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Series

Articles

University of Minnesota Law School

2012

Articles 1 - 19 of 19

Full-Text Articles in Law

Discipline And Discharge Of Public-Sector Employees: An Empirical Study Of Arbitration Awards, Laura J. Cooper Jan 2012

Discipline And Discharge Of Public-Sector Employees: An Empirical Study Of Arbitration Awards, Laura J. Cooper

Articles

Commentators frequently assert that government employees enjoy a level of protection from discharge far greater than privatesector employees, and, indeed, that government employers are actually unable to fire public employees who perform poorly or engage in misconduct. For example, author Mortimer B. Zuckerman maintained in a 2010 U.S. News & World Report article that there were "two Americas" with a division that "affronts a sense of fairness" between the protections afforded public-sector workers and those available to workers in the private sector.1 He stated, "it is almost impossible to fire government workers except after a long process and only ...


Applying International Human Rights Standards To The Restraint And Seclusion Of Students With Disabilities, David Weissbrodt, Willy Madeira, Daniel Stewart, William Dikel Jan 2012

Applying International Human Rights Standards To The Restraint And Seclusion Of Students With Disabilities, David Weissbrodt, Willy Madeira, Daniel Stewart, William Dikel

Articles

No federal law in the United States prohibits school administrators from physically restraining or secluding students. 1 State laws diverge widely. 2 Unlike in medical, psychiatric, and law enforcement settings, where strict national standards govern the use of physical restraint and seclusion, many schools may have no, or inconsistent, guidelines to follow in deciding when the use of force upon students is appropriate. 3 This lack of industry-approved protocol and standardized training of school personnel makes restraint and seclusion susceptible to misapplication and abuse. 4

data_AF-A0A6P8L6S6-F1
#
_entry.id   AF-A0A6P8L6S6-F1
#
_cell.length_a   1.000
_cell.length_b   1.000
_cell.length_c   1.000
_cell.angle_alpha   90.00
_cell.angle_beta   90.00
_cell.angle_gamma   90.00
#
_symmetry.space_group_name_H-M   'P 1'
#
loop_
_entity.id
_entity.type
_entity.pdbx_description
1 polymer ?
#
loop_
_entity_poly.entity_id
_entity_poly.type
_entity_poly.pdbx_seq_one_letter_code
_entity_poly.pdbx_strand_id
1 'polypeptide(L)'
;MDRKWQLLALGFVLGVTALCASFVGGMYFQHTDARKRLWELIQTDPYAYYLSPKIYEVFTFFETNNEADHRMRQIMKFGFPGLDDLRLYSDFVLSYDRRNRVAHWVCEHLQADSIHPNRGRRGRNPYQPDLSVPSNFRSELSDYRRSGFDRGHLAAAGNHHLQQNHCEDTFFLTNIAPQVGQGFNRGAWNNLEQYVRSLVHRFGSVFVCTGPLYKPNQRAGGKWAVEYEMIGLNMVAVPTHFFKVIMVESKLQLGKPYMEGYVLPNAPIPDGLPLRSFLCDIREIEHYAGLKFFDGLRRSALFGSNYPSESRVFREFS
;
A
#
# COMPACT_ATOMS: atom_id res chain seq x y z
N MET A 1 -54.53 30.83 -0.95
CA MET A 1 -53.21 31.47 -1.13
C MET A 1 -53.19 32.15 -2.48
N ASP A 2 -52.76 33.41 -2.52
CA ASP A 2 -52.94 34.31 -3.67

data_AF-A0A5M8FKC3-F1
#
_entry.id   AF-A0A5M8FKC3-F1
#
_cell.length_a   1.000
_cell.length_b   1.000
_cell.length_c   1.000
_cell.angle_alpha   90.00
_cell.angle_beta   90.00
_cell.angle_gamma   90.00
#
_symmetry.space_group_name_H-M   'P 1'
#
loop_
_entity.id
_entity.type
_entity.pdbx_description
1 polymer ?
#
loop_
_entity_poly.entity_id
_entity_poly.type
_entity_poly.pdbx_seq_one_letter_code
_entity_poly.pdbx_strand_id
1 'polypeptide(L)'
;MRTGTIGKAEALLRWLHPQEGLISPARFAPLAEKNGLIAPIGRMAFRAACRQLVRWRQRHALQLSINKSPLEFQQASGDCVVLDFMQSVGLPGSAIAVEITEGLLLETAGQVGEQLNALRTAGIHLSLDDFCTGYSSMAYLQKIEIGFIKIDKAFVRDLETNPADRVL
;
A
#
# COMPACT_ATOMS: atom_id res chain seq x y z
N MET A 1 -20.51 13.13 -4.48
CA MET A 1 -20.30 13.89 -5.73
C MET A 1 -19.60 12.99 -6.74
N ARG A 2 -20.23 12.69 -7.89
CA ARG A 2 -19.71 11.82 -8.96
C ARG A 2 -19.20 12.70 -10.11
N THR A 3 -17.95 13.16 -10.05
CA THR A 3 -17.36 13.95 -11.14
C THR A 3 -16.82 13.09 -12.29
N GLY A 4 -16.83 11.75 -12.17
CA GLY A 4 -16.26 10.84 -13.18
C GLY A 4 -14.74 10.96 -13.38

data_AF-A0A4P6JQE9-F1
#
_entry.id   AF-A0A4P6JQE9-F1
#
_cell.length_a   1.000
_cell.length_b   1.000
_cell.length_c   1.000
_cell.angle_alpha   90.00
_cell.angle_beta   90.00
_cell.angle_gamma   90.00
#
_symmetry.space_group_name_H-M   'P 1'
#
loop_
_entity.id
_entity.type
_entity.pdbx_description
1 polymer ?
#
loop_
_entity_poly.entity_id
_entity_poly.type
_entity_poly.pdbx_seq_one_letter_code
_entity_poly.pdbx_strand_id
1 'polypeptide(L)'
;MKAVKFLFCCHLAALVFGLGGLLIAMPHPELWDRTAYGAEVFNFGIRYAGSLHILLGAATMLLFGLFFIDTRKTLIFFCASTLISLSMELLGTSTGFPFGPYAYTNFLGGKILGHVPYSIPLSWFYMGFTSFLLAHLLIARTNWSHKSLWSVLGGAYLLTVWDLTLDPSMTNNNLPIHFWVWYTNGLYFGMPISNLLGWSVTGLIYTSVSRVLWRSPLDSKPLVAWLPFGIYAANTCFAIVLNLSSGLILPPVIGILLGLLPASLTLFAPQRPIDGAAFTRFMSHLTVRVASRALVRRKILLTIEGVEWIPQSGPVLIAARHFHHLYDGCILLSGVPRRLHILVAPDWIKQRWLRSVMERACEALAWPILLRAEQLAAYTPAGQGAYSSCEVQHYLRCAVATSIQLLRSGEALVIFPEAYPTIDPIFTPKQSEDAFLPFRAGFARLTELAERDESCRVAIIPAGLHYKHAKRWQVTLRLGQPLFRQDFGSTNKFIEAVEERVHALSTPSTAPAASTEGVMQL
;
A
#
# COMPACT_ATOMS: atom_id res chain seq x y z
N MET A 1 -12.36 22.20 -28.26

Cognitive Warfare And Young Black Males In America, Perry L. Moriearty, William Carson Jan 2012

Cognitive Warfare And Young Black Males In America, Perry L. Moriearty, William Carson

Articles

The result was a veritable feedback loop whose cognitive output, the mental imprint of "morally impoverished" "super- predators,"14 continually fed its input. [...]even as crime rates among black youth have dropped steadily since the mid-1990s, these selfreinforcing associations and dissociations have prompted lawmakers and their constituents to continue to support laws and policies that they know disproportionately punish and incapacitate young black males. [...]is the apparent extent to which even subliminal racial primes can influence our perceptions of individuals.


Environmental Justice And The Bp Deepwater Horizon Oil Spill, Hari M. Osofsky, Kate Baxter-Kauf, Bradley Hammer, Ann Mailander, Brett Mares, Amy Pikovsky, Andrew Whitney, Laura Wilson Jan 2012